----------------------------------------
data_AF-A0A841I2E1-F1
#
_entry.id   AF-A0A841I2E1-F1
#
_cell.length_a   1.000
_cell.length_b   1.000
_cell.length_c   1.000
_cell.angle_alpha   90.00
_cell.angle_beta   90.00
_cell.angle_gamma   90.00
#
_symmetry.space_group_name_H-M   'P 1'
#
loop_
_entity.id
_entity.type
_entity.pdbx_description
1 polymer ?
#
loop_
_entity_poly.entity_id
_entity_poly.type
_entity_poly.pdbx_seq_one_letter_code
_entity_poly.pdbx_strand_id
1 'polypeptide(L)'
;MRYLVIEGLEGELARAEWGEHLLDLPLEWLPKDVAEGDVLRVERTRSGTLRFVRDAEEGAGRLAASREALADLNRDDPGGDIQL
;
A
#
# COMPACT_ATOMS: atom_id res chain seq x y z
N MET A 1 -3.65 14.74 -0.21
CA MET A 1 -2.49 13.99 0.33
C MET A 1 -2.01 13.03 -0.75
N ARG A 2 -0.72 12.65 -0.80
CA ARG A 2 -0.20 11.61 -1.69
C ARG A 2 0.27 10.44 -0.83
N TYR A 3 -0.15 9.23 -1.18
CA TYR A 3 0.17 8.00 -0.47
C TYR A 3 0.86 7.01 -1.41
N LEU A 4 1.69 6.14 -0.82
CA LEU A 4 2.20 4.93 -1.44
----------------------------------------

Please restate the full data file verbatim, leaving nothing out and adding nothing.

data_AF-A0A841I2E1-F1
#
_entry.id   AF-A0A841I2E1-F1
#
_cell.length_a   1.000
_cell.length_b   1.000
_cell.length_c   1.000
_cell.angle_alpha   90.00
_cell.angle_beta   90.00
_cell.angle_gamma   90.00
#
_symmetry.space_group_name_H-M   'P 1'
#
loop_
_entity.id
_entity.type
_entity.pdbx_description
1 polymer ?
#
loop_
_entity_poly.entity_id
_entity_poly.type
_entity_poly.pdbx_seq_one_letter_code
_entity_poly.pdbx_strand_id
1 'polypeptide(L)'
;MRYLVIEGLEGELARAEWGEHLLDLPLEWLPKDVAEGDVLRVERTRSGTLRFVRDAEEGAGRLAASREALADLNRDDPGGDIQL
;
A
#
# COMPACT_ATOMS: atom_id res chain seq x y z
N MET A 1 -3.65 14.74 -0.21
CA MET A 1 -2.49 13.99 0.33
C MET A 1 -2.01 13.03 -0.75
N ARG A 2 -0.72 12.65 -0.80
CA ARG A 2 -0.20 11.61 -1.69
C ARG A 2 0.27 10.44 -0.83
N TYR A 3 -0.15 9.23 -1.18
CA TYR A 3 0.17 8.00 -0.47
C TYR A 3 0.86 7.01 -1.41
N LEU A 4 1.69 6.14 -0.82
CA LEU A 4 2.20 4.93 -1.44